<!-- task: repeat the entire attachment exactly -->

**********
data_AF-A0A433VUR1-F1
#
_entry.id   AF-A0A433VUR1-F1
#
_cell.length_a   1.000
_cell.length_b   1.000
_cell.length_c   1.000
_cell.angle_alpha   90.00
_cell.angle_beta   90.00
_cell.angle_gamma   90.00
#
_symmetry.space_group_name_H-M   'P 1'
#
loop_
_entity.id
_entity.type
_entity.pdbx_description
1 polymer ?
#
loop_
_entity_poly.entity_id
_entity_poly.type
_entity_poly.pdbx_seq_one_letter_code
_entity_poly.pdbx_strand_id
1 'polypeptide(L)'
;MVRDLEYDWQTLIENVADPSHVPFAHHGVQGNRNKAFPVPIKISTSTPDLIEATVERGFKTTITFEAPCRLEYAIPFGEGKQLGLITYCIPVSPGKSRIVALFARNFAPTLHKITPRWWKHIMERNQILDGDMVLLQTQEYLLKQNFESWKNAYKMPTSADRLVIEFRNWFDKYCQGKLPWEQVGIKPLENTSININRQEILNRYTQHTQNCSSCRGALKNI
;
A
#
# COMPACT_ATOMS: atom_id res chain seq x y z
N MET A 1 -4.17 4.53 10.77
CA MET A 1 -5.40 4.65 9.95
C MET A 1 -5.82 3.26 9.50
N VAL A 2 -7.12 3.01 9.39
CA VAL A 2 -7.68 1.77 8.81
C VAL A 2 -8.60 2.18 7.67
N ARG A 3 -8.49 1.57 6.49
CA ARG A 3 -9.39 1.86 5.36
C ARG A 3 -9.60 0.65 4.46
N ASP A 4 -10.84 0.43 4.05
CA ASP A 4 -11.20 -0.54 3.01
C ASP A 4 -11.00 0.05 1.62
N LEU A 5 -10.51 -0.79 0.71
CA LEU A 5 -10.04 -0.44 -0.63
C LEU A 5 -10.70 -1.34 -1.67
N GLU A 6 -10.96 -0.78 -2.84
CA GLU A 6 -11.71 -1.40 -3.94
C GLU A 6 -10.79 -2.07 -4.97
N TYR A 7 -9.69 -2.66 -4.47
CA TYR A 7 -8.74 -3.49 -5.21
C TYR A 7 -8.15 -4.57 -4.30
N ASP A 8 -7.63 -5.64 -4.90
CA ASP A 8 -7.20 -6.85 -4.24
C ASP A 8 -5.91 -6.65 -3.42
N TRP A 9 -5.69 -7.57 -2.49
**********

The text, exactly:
data_AF-A0A433VUR1-F1
#
_entry.id   AF-A0A433VUR1-F1
#
_cell.length_a   1.000
_cell.length_b   1.000
_cell.length_c   1.000
_cell.angle_alpha   90.00
_cell.angle_beta   90.00
_cell.angle_gamma   90.00
#
_symmetry.space_group_name_H-M   'P 1'
#
loop_
_entity.id
_entity.type
_entity.pdbx_description
1 polymer ?
#
loop_
_entity_poly.entity_id
_entity_poly.type
_entity_poly.pdbx_seq_one_letter_code
_entity_poly.pdbx_strand_id
1 'polypeptide(L)'
;MVRDLEYDWQTLIENVADPSHVPFAHHGVQGNRNKAFPVPIKISTSTPDLIEATVERGFKTTITFEAPCRLEYAIPFGEGKQLGLITYCIPVSPGKSRIVALFARNFAPTLHKITPRWWKHIMERNQILDGDMVLLQTQEYLLKQNFESWKNAYKMPTSADRLVIEFRNWFDKYCQGKLPWEQVGIKPLENTSININRQEILNRYTQHTQNCSSCRGALKNI
;
A
#
# COMPACT_ATOMS: atom_id res chain seq x y z
N MET A 1 -4.17 4.53 10.77
CA MET A 1 -5.40 4.65 9.95
C MET A 1 -5.82 3.26 9.50
N VAL A 2 -7.12 3.01 9.39
CA VAL A 2 -7.68 1.77 8.81
C VAL A 2 -8.60 2.18 7.67
N ARG A 3 -8.49 1.57 6.49
CA ARG A 3 -9.39 1.86 5.36
C ARG A 3 -9.60 0.65 4.46
N ASP A 4 -10.84 0.43 4.05
CA ASP A 4 -11.20 -0.54 3.01
C ASP A 4 -11.00 0.05 1.62
N LEU A 5 -10.51 -0.79 0.71
CA LEU A 5 -10.04 -0.44 -0.63
C LEU A 5 -10.70 -1.34 -1.67
N GLU A 6 -10.96 -0.78 -2.84
CA GLU A 6 -11.71 -1.40 -3.94
C GLU A 6 -10.79 -2.07 -4.97
N TYR A 7 -9.69 -2.66 -4.47
CA TYR A 7 -8.74 -3.49 -5.21
C TYR A 7 -8.15 -4.57 -4.30
N ASP A 8 -7.63 -5.64 -4.90
CA ASP A 8 -7.20 -6.85 -4.24
C ASP A 8 -5.91 -6.65 -3.42
N TRP A 9 -5.69 -7.57 -2.49